Whether it was lack of time, resources or media coverage, the campaign was not able to effectively convey Clark's idealistic vision that voters who heard him firsthand often grabbed hold of. "When I thought about what we could do all around the world if this country just cared for each other, if we just treated every American with dignity and respect, if we just lifted people up instead of setting them one against each other, I knew we could change this country," Clark told New Mexico voters in early February. "That's why I'm running."
"He believes in a better country," Clark's press secretary, Jamal Simmons, said after the general withdrew. "I think in order to give your life in the military fighting for 34 years, depriving your family of certain creature comforts, moving them every two years, you've got to be idealistic. There's got to be something much bigger than yourself that you believe in, and that's what we saw."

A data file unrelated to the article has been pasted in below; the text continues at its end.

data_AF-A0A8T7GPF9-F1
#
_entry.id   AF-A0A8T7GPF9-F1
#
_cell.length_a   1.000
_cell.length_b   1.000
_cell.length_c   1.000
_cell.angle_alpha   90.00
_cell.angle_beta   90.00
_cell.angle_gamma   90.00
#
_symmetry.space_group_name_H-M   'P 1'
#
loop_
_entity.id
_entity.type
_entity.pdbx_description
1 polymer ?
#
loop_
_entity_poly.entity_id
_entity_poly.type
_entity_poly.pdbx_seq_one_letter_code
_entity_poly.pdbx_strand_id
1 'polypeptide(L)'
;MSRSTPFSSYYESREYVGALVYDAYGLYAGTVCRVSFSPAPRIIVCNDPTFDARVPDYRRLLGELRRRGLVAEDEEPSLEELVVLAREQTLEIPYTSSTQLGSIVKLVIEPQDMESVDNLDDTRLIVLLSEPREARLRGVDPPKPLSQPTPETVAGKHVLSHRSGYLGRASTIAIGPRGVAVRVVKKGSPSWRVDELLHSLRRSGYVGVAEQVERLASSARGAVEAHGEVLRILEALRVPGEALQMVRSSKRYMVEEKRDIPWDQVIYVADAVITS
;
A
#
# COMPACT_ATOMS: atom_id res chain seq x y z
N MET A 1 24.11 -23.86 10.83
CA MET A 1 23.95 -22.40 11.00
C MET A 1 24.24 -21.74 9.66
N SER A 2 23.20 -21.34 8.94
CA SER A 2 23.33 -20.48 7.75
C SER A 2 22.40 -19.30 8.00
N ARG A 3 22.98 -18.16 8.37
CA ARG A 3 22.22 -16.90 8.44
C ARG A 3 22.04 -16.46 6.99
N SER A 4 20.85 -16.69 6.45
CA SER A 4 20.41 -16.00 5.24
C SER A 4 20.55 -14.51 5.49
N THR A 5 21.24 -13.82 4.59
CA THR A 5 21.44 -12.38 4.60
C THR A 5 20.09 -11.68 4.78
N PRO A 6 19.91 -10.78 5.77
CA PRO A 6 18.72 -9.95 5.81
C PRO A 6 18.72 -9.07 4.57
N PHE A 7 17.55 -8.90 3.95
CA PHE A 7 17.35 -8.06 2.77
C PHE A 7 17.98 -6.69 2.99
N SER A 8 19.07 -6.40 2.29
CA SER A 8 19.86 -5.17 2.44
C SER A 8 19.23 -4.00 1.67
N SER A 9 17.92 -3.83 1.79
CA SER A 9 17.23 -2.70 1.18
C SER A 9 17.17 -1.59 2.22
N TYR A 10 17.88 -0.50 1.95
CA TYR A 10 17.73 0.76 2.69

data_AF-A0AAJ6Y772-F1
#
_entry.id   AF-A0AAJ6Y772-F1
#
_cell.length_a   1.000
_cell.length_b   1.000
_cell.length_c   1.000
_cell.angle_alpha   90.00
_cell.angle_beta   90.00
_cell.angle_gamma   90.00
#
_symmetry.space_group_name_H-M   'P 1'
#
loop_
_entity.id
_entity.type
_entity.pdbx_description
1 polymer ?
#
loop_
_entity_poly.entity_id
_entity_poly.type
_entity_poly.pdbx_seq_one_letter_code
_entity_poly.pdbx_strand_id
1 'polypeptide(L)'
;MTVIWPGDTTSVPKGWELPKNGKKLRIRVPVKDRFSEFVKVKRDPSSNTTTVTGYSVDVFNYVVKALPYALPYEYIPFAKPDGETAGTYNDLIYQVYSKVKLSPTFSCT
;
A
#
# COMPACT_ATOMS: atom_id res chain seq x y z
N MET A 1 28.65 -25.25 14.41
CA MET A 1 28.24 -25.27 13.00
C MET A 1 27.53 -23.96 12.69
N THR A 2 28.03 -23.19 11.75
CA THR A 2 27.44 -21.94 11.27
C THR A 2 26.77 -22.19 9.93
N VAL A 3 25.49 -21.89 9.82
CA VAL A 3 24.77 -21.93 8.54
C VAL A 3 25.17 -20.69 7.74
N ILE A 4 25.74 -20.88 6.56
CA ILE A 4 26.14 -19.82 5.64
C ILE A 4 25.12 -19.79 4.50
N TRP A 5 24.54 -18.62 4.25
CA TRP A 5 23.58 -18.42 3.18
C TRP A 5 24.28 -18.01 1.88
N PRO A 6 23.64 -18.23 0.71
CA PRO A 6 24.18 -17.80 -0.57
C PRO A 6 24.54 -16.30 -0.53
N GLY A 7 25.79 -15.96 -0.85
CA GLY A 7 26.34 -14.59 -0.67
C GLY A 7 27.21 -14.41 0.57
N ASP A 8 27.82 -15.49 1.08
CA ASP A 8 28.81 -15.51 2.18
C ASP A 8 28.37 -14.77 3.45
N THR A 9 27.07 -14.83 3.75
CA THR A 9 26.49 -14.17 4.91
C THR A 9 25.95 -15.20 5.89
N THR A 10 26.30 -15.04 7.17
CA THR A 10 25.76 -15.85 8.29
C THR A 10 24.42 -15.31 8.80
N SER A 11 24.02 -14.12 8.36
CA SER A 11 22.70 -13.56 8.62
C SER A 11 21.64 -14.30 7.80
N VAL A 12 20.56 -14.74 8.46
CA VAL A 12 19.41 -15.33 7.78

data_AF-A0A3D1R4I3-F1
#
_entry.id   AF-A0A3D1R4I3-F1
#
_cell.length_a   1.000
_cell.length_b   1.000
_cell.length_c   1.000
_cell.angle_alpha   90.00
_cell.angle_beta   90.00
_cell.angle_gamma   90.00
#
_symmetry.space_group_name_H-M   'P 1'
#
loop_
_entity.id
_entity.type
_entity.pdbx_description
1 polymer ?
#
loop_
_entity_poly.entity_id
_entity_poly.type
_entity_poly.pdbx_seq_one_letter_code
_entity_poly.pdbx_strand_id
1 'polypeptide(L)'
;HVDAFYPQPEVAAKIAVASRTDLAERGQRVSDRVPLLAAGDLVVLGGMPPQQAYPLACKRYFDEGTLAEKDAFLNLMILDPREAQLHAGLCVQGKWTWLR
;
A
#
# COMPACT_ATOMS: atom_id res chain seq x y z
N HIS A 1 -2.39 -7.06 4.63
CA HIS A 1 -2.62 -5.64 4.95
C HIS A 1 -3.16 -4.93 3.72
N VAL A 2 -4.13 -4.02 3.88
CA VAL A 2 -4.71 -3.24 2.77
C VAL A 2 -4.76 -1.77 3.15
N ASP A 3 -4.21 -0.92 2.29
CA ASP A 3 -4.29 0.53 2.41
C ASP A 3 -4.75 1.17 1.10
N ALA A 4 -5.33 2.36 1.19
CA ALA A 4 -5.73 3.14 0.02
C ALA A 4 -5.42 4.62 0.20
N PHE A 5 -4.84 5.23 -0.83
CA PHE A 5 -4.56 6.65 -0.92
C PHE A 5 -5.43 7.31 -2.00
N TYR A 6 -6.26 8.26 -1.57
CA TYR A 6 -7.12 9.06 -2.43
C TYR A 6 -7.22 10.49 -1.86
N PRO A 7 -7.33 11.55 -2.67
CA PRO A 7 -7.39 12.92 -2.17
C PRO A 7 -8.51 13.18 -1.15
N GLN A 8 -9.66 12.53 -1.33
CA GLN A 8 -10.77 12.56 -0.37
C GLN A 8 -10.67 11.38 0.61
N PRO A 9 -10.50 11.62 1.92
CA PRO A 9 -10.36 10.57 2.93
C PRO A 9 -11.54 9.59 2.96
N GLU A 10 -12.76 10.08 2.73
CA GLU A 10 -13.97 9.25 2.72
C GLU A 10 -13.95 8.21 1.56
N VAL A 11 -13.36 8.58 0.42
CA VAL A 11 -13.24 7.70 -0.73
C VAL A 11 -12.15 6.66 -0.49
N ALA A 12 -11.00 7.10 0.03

Clark left his candidacy with that same hopeful tone his staff saw every day. In his concession speech in Little Rock, Clark reflected on the campaign. "I have loved every minute of this experience. And I leave it wiser, stronger and even more optimistic about the strength and vibrancy of our American democracy. And I'm even more proud to call myself an American."
Since his departure from the race, Clark has made the front pages of both the Washington Post and The New York Times – when he endorsed Senator Kerry. Although he won't be the Democratic nominee, one thing is certain: Wesley Clark doesn't intend to disappear from the public eye.
In the letter to his supporters, Clark concluded with a promise: "There is a long road ahead and a lot of work to do. I'll be back in touch soon with ideas about how we can continue to work together and spread our message across America. If you have any thoughts you'd like to share, please e-mail me."
By Bonney Kapp
By Bonney Kapp